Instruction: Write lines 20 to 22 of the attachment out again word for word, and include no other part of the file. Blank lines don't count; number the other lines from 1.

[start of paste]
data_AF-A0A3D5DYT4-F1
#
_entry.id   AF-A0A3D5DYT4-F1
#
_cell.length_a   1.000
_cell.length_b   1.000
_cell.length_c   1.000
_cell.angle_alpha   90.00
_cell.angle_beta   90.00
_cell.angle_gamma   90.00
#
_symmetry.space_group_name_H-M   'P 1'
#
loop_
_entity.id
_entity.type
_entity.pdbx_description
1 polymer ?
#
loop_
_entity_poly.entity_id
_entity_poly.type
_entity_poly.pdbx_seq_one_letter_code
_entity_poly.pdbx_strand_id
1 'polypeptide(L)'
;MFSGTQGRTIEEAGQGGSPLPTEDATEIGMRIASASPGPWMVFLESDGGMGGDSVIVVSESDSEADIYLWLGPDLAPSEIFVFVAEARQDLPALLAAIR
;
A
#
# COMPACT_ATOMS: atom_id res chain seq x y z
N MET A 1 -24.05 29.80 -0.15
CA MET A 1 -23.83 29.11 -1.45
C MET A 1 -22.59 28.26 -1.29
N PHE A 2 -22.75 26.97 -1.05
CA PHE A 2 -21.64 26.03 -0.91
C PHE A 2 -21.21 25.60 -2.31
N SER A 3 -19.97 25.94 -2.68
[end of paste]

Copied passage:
loop_
_entity_poly.entity_id
_entity_poly.type